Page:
Deciding which of these types you need depends on the value of your car, your driving style and risk of having an accident, and the terrain and weather of the area where you live. If you are more likely to have one kind of accident over another, that can help determine your type of insurance.
Is California a no-fault state?
A no-fault state is a state where, regardless of who causes the accident, both parties are covered. California is not a no-fault state, so the person who caused the accident is responsible for the damages.
What is SR-22 insurance?
SR-22 policies are required for people who have gotten into an accident without car insurance, people who have been driving under the influence, and people who have had multiple traffic violations over a short period of time.
In these instances, picking up SR-22 insurance may be required in order for such a driver to maintain a license and registration. This policy can be purchased from your regular insurance provider, but since it’s more of a paperwork requirement than actual insurance, it can be very extensive and therefore expensive. You would be required to maintain your SR-22 insurance policy until the court decides that your driving record is good and that you no longer need to carry it.
Even If You’re Happy, It’s Best to Shop for a New Policy Every Couple of Years
If you’ve been loyal to the same company for years, you might be getting a nice loyalty discount. Why ditch the discount? Well, it might not be much of a discount. Until recently, it was legal in California for car insurance companies to base their rates on a number risk factors, including how willing you’d be to pay a little bit more for your insurance.
This practice, called price optimization, was used by nearly half of insurance companies, according to a study by Earnix. Bob Hunter, the director of insurance for the Consumer Federation of America, likes to call it “profit maximization.” Once a rate is based not on how expensive you are to insure but on how complacent you are as a customer, it’s less about the cost margin and more about simply lifting the profit bar a bit higher.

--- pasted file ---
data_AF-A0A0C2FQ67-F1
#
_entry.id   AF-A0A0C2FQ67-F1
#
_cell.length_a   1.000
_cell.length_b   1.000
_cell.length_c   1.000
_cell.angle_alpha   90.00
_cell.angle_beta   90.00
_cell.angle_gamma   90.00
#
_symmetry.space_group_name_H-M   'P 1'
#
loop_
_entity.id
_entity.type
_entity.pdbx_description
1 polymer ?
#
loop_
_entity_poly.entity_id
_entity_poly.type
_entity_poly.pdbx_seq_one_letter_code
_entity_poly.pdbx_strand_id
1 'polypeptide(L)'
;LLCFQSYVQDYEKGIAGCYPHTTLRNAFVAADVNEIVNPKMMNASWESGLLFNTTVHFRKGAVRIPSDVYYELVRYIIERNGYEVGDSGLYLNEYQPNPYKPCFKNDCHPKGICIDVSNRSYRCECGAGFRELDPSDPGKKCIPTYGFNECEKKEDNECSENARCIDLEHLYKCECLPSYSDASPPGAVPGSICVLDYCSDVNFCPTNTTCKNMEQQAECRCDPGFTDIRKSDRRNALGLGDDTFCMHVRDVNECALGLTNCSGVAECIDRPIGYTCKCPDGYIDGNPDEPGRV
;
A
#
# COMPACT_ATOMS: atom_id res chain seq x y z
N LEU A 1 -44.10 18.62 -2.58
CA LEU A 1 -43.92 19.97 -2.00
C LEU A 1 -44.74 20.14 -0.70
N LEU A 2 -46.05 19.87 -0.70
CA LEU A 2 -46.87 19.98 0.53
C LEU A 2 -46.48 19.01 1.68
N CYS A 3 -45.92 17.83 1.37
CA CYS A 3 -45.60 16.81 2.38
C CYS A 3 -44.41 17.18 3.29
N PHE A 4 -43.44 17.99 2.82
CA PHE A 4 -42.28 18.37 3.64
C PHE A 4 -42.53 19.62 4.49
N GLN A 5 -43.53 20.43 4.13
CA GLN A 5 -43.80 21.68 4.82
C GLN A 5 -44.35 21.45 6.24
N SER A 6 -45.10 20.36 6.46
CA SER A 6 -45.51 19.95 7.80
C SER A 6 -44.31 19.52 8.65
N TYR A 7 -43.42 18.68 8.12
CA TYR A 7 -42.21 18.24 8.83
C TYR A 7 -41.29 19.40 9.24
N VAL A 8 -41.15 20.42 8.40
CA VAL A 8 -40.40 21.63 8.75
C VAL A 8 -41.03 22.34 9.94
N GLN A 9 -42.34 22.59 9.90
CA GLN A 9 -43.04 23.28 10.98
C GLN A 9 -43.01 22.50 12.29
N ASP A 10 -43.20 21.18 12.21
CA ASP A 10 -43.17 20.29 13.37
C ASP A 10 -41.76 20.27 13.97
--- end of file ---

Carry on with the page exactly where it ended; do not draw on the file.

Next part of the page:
What’s even freakier is the type of data companies were using to determine that price elasticity — things as seemingly irrelevant as your social footprint and how long you’ve been with your cellphone carrier.
Fifteen states, including California, have addressed price optimization in the form of official bulletins or regulation. The California Department of Insurance issued a notice on Feb. 18, 2015, announcing that “any use of price optimization in the rate-making/pricing process or in a rating plan is unfairly discriminatory in violation of California law.” Even still, shopping around isn’t a bad idea. What could it hurt? Even if you spend an hour getting quotes, just to find out that you’re already paying the lowest rate, that’s even more exciting. It means that you’ve been saving money on unnecessary premiums for years already.
And, those loyalty discounts that feel so warm and fuzzy — some argue that they’re more complicated than they seem at face value. Not only do they incentivize you to not leave your current carrier (because no one wants to lose a discount they’ve “earned” over the years), but because they make rate hikes seem more palatable. Your rate might go up a lot, but the loyalty discount appears to slash most of it, leaving you paying the amount the algorithm predicted wouldn’t bother you. Even though price optimization is illegal in California now, if you haven’t gotten quotes in the past few years, you may still be paying a rate that’s been optimized.
If you’re reading this and thinking, “Hmm, I actually noticed a weird premium increase not too long ago,” call your agent. Call as soon as you can and ask for a full explanation. By law, they’re required to divulge that sort of information, and if the answer seems bogus, you can threaten to leave. (And honestly, that might not be the worst outcome.) An even better idea is to get a few competitor quotes first, so you can see if your current company can match that number.
Keep in mind any mitigating factors in your driving that could affect your premium cost. For example, if you have a new driver on your policy, either a teenager or just a person who has never had a license before, you may find that your insurance cost is higher. This is because insurance premiums are based on prior driving records, and new drivers have no past record.
Another factor that could affect your insurance premium is your credit score. Unfortunately, many insurance companies base their premiums on credit scores, and if yours is below 620, you may be assessed a higher price. There are a few ways that you can bring this cost back down, such as with a discount for good driving.